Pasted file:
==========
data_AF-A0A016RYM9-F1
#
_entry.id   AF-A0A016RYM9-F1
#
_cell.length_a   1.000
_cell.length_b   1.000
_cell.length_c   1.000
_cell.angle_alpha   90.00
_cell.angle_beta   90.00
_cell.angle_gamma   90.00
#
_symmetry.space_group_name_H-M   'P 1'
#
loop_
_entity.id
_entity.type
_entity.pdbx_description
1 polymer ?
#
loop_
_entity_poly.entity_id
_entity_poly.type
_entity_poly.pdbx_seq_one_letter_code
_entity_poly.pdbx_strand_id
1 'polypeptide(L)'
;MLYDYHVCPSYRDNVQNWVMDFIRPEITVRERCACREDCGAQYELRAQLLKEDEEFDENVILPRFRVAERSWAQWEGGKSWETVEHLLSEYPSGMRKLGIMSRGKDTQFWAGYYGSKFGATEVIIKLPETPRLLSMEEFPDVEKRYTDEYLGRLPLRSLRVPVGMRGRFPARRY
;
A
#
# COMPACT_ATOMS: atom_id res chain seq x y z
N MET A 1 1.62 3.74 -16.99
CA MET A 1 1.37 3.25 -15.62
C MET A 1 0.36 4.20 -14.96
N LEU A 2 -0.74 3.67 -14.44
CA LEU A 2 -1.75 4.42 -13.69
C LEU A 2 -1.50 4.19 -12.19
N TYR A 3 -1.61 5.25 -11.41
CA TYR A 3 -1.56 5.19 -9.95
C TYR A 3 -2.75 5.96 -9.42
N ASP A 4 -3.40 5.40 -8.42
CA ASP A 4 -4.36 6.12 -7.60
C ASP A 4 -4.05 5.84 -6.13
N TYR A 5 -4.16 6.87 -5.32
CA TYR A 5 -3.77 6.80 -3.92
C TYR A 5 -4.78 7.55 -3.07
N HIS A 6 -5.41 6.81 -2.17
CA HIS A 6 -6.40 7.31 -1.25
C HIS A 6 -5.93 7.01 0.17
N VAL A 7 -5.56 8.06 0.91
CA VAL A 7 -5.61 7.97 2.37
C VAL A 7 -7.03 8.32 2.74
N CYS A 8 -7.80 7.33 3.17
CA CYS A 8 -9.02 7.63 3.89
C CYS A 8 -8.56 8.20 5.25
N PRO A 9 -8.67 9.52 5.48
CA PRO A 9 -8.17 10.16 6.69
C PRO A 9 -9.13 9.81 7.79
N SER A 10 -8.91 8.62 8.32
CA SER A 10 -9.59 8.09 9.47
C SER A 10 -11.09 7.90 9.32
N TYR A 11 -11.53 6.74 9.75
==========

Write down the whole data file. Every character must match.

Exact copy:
data_AF-A0A016RYM9-F1
#
_entry.id   AF-A0A016RYM9-F1
#
_cell.length_a   1.000
_cell.length_b   1.000
_cell.length_c   1.000
_cell.angle_alpha   90.00
_cell.angle_beta   90.00
_cell.angle_gamma   90.00
#
_symmetry.space_group_name_H-M   'P 1'
#
loop_
_entity.id
_entity.type
_entity.pdbx_description
1 polymer ?
#
loop_
_entity_poly.entity_id
_entity_poly.type
_entity_poly.pdbx_seq_one_letter_code
_entity_poly.pdbx_strand_id
1 'polypeptide(L)'
;MLYDYHVCPSYRDNVQNWVMDFIRPEITVRERCACREDCGAQYELRAQLLKEDEEFDENVILPRFRVAERSWAQWEGGKSWETVEHLLSEYPSGMRKLGIMSRGKDTQFWAGYYGSKFGATEVIIKLPETPRLLSMEEFPDVEKRYTDEYLGRLPLRSLRVPVGMRGRFPARRY
;
A
#
# COMPACT_ATOMS: atom_id res chain seq x y z
N MET A 1 1.62 3.74 -16.99
CA MET A 1 1.37 3.25 -15.62
C MET A 1 0.36 4.20 -14.96
N LEU A 2 -0.74 3.67 -14.44
CA LEU A 2 -1.75 4.42 -13.69
C LEU A 2 -1.50 4.19 -12.19
N TYR A 3 -1.61 5.25 -11.41
CA TYR A 3 -1.56 5.19 -9.95
C TYR A 3 -2.75 5.96 -9.42
N ASP A 4 -3.40 5.40 -8.42
CA ASP A 4 -4.36 6.12 -7.60
C ASP A 4 -4.05 5.84 -6.13
N TYR A 5 -4.16 6.87 -5.32
CA TYR A 5 -3.77 6.80 -3.92
C TYR A 5 -4.78 7.55 -3.07
N HIS A 6 -5.41 6.81 -2.17
CA HIS A 6 -6.40 7.31 -1.25
C HIS A 6 -5.93 7.01 0.17
N VAL A 7 -5.56 8.06 0.91
CA VAL A 7 -5.61 7.97 2.37
C VAL A 7 -7.03 8.32 2.74
N CYS A 8 -7.80 7.33 3.17
CA CYS A 8 -9.02 7.63 3.89
C CYS A 8 -8.56 8.20 5.25
N PRO A 9 -8.67 9.52 5.48
CA PRO A 9 -8.17 10.16 6.69
C PRO A 9 -9.13 9.81 7.79
N SER A 10 -8.91 8.62 8.32
CA SER A 10 -9.59 8.09 9.47
C SER A 10 -11.09 7.90 9.32
N TYR A 11 -11.53 6.74 9.75